This article was updated by the Great British Mag content team on 7 May 2020
It’s a fact that all universities and colleges in the UK will not be allowing students back on campus until September at the earliest and remote learning is something that you need to get your head around.
That’s why the Great British Mag team have reviewed apps that will keep you sane, focused and productive during lockdown.
As a response to the Coronavirus pandemic, some tech companies have made previously paid for software available for free – so nice of them! And there has always been a tonne of previously free software that will help you ace remote studying.
What it is: Microsoft Teams allows large groups to message, video call and share and edit Word documents, PowerPoints and Excel files in real time.
Why it’s great for remote studying: Since you can share and edit documents easily through video calling, Microsoft Teams is an efficient way to work on a group project with classmates.
How you get it: Microsoft is currently offering the Premium version of Teams for free for the next six months. This means there’s no limit to how many people can be in a Teams group and each user gets one TB of storage.
Google Drive (including Docs, Slides and Sheets)
What it is: Free web-based file storage service. It allows you to create and share documents, slideshows, spreadsheets, forms, drawings and websites. Everything you create is centralised to one location and accessed through one account. You can then invite people to view and edit in real time.
Why it’s great for remote studying: Whether you need to write an essay or plan a presentation, Google Drive will have the tools you need. You can share your content with other users and give them access to edit it, making for easy collaboration. You can also access your Google Drive from any device, so you don’t need to worry about losing files on a hard drive.
How you get it: Google Drive with up to 15 GB of storage is free for all users. You just have to make a Google account.
What it is: Digital library that includes books and scholarly academic articles.
Why it’s great for remote studying: With libraries shut down, JSTOR allows you to access thousands of publications across subjects. You’re able to search for publications by keyword, author and publication type, along with save them as PDFs so you can mark them up as you read. Researching from the comfort of your home has never been easier.
How you get it: If your university has a licence for some of JSTOR’s collections, you now have free access to all of JSTOR’s collections until 30 June, 2020. JSTOR has also partnered with various publishers to make loads of free books available to all (even if your university doesn’t participate in JSTOR’s book collection).
For additional library resources, check with your local public library to see how it’s handling remote access.
What it is: Online file storage service that allows whoever you choose to upload and edit documents. You can create folders within the service and give certain people access to certain files.
Why it’s great for remote studying: Dropbox is an easy way to ensure that everyone who needs access to a certain document does. If you’re working on a group project, you can use Dropbox as a way to keep track of everyone’s contributions. Professors also might use it to share lectures and notes with your entire class.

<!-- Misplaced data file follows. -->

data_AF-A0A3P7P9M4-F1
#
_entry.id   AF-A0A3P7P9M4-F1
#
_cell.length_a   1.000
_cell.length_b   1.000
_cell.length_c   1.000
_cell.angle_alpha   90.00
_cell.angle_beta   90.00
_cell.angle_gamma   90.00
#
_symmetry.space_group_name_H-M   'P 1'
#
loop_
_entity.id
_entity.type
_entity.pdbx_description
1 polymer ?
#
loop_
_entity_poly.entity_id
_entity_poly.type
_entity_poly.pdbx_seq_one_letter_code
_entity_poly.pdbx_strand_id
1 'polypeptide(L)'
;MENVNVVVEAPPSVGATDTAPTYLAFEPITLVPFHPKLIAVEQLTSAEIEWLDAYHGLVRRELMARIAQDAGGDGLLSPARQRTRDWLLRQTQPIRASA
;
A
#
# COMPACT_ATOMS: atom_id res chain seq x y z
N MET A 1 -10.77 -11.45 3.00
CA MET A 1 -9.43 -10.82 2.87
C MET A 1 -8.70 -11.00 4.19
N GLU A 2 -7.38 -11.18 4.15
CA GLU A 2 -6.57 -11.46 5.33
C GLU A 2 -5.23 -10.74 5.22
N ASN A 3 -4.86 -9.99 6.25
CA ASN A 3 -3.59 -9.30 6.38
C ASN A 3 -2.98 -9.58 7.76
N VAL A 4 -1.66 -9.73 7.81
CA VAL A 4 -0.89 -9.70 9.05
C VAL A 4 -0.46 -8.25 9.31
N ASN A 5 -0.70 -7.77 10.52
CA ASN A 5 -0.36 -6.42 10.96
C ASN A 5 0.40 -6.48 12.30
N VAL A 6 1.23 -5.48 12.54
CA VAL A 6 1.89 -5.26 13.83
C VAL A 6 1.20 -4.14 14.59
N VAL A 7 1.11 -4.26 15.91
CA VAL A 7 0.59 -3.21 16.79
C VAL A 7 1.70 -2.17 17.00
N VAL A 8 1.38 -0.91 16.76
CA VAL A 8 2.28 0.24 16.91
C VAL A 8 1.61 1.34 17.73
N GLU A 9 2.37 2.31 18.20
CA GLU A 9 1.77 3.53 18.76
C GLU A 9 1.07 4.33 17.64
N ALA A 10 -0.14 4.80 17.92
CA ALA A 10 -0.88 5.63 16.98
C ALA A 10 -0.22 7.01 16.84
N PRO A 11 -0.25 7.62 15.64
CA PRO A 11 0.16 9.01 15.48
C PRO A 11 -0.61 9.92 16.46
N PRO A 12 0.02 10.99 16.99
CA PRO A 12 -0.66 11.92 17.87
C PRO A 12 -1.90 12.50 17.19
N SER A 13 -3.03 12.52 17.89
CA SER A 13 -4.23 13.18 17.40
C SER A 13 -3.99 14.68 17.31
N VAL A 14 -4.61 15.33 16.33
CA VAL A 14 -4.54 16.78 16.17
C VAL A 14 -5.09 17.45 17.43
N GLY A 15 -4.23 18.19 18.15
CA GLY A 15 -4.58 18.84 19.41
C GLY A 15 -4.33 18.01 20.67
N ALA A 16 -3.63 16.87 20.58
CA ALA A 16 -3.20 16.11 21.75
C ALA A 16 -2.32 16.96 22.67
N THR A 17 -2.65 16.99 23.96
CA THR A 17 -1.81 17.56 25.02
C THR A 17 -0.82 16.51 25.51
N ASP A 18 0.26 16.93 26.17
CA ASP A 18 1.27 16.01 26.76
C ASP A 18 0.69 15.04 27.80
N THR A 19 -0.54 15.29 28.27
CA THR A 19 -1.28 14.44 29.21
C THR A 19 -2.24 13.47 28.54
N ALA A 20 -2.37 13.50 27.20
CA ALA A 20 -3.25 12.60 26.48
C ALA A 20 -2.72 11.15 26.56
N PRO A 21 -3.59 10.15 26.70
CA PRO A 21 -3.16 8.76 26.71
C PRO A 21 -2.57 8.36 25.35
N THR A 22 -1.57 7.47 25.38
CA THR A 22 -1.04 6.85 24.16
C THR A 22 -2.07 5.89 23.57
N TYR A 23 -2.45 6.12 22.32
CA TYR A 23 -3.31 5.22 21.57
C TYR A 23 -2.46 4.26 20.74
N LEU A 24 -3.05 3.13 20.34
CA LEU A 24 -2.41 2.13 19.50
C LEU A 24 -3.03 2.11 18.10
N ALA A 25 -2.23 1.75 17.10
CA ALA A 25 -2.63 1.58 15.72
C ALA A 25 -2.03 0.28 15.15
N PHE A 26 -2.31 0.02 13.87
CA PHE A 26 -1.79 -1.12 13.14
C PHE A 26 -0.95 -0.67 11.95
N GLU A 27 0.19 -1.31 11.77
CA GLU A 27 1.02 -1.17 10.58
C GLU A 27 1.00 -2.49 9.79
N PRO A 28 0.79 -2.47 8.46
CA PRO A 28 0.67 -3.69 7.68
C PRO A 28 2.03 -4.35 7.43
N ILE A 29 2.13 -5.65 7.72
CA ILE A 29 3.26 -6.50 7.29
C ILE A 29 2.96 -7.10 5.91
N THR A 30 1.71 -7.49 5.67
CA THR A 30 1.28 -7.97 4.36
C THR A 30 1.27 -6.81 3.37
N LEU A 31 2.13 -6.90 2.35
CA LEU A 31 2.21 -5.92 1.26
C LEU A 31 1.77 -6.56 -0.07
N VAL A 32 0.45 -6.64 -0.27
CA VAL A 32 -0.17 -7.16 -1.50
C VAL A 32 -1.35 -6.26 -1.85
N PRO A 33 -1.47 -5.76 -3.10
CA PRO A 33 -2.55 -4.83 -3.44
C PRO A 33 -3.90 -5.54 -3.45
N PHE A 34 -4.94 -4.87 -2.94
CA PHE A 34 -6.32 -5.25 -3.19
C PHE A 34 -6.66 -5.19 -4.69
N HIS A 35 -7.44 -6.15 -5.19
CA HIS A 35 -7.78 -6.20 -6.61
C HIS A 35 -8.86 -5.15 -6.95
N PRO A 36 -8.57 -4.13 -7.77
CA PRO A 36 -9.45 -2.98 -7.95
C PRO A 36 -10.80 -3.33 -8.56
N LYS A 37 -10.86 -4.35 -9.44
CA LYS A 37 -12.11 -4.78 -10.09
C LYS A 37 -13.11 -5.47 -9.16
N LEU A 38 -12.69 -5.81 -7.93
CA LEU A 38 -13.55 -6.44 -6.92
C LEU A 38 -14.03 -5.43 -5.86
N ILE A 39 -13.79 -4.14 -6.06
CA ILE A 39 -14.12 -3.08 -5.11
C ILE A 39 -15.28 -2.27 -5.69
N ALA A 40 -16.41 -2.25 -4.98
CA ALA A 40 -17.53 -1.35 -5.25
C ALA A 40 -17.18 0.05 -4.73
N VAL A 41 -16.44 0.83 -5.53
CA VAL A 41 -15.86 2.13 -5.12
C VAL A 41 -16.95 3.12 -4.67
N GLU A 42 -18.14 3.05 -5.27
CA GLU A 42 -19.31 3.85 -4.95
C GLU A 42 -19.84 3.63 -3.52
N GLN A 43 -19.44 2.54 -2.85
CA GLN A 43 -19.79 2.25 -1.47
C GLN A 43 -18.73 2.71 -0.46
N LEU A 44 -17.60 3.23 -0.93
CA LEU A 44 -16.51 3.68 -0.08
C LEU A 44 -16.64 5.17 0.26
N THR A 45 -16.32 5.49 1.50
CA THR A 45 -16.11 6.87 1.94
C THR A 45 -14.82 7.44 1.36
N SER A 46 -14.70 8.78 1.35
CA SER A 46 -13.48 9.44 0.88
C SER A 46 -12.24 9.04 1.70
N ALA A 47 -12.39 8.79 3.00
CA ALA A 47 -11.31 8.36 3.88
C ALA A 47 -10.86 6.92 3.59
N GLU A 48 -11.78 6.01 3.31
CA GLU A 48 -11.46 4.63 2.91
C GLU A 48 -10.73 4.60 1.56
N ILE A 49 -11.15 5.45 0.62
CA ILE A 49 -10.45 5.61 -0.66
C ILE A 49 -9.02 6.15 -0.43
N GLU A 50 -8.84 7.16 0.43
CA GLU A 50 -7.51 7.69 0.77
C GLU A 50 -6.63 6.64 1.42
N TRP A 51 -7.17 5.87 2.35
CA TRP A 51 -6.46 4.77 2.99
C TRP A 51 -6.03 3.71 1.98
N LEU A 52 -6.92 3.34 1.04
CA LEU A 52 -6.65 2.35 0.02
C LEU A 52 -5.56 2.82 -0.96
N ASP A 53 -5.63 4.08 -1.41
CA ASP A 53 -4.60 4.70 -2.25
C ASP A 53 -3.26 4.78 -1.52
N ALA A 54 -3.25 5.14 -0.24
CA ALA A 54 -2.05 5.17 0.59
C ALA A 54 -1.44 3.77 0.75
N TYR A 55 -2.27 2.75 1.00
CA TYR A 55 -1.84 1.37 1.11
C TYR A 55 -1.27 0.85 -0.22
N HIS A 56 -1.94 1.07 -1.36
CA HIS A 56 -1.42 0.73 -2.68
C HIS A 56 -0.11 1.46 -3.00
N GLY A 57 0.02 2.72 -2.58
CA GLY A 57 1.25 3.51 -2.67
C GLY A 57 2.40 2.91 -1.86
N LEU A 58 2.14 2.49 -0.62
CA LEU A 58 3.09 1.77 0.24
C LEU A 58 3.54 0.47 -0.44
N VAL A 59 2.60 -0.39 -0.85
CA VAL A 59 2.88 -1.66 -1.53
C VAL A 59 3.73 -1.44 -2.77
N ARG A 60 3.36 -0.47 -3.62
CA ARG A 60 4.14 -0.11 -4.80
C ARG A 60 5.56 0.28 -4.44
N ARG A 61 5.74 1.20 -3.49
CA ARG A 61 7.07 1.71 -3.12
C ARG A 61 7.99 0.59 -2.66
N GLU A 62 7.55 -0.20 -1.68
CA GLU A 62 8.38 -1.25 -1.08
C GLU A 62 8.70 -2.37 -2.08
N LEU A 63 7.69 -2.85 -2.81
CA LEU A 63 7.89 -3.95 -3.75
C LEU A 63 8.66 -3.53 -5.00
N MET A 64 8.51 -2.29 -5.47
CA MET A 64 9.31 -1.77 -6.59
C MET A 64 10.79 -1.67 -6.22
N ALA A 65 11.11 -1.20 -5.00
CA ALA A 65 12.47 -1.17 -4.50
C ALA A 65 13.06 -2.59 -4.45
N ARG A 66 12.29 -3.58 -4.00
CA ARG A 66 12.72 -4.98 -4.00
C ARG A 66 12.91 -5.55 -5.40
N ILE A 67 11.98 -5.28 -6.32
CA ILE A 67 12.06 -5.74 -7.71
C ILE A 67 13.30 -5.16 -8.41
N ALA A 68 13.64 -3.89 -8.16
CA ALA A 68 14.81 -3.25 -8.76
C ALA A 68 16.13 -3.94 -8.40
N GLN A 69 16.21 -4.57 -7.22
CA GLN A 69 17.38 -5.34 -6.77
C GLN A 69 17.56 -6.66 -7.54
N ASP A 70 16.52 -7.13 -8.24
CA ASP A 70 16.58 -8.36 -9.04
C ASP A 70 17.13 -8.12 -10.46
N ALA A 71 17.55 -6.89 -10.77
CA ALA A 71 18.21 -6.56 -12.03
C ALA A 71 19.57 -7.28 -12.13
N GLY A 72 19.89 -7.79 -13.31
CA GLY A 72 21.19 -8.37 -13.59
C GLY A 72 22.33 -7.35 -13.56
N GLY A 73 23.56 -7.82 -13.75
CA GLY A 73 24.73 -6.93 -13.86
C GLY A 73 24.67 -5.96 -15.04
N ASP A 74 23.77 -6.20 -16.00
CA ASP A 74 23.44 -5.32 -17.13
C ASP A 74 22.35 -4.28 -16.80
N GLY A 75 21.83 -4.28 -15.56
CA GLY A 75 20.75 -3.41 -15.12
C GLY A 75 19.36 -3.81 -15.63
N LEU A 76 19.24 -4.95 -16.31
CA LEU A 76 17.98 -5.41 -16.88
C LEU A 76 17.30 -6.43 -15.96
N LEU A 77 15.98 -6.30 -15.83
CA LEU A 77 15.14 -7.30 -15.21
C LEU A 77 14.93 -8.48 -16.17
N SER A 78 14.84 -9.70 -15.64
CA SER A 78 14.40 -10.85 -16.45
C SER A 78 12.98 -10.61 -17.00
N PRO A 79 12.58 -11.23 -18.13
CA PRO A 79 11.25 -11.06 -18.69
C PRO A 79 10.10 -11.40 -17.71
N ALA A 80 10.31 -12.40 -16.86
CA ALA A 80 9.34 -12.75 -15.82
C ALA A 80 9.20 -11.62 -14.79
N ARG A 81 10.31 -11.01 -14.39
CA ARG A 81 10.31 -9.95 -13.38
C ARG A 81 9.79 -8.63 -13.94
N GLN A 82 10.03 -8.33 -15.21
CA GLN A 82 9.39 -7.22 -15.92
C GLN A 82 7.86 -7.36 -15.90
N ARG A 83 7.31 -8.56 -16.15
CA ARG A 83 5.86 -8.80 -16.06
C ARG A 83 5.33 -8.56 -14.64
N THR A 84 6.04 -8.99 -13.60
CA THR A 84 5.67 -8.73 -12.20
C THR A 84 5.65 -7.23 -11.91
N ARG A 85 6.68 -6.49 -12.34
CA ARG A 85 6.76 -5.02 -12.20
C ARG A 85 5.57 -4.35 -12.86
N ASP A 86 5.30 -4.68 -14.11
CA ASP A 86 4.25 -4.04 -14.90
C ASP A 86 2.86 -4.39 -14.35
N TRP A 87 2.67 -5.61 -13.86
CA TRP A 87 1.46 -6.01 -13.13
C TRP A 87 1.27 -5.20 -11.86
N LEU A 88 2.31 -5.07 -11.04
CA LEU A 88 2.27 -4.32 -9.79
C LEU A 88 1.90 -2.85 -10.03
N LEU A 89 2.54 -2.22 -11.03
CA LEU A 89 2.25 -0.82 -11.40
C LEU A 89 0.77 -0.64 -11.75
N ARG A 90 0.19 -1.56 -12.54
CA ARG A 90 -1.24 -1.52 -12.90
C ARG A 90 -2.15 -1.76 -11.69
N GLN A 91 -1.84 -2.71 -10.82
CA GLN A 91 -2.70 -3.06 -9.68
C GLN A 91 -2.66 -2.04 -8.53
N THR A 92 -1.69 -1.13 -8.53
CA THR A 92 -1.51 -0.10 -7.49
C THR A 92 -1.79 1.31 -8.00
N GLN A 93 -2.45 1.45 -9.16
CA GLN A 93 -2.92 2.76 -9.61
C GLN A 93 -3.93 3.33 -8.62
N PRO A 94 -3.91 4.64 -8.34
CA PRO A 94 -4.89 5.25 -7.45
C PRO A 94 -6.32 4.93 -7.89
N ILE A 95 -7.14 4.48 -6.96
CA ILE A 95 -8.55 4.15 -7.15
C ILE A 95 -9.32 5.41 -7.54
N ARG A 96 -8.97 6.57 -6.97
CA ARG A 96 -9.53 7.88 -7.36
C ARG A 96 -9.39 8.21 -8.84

How you get it: Dropbox is free for all users and gives you three GB of storage space.
What it is: Video conferencing software that allows you to host meetings with up to 100 participants. There is a 40-minute time limit on group meetings, but there is no limit to how many meetings you can host. Other features include HD video and audio, active speaker view, simultaneous screen sharing and virtual backgrounds.
Why it’s great for remote studying: Zoom has the best video and audio quality, so it works really well for students conferencing from different locations. It also has a personal meeting ID which allows you to set regularly scheduled meetings with the same participants. Everyone can then log into the meeting with the same ID every time.
How you get it: Zoom Basic is free for everyone. You just need to make an account.
Adobe Creative Cloud
What it is: Collection of creative software, including Animate, Illustrator, InDesign and Photoshop.
Why it’s great for remote studying: Many students use Adobe software to complete their coursework. Picking up a new creative hobby is also a good way to manage mental health. With most students stuck at home, using Creative Cloud can give you something new to try in your spare time.
How you get it: Most students only have free access to Adobe software at their campuses through their university’s Adobe licence. However, if your university has an Adobe licence, then you’re eligible for in-home access through 31 May, 2020. An IT Admin from your university must give you the proper access information by going to Adobe’s website and requesting access for students. If you know that your university has an Adobe licence but no one has contacted you about in-home access, ask one of your professors about it.
What it is: Web-based graphic design platform. You can choose from hundreds of templates to edit photos and create presentations, infographics, and gifs.
Why it’s great for remote studying: Canva has all the tools so you need to prepare a stylish presentation easily. You access the site from any device using your Canva account, so you don’t have to worry about losing projects on a hard drive.
How you get it: Canva has a free version you can sign-up via the website.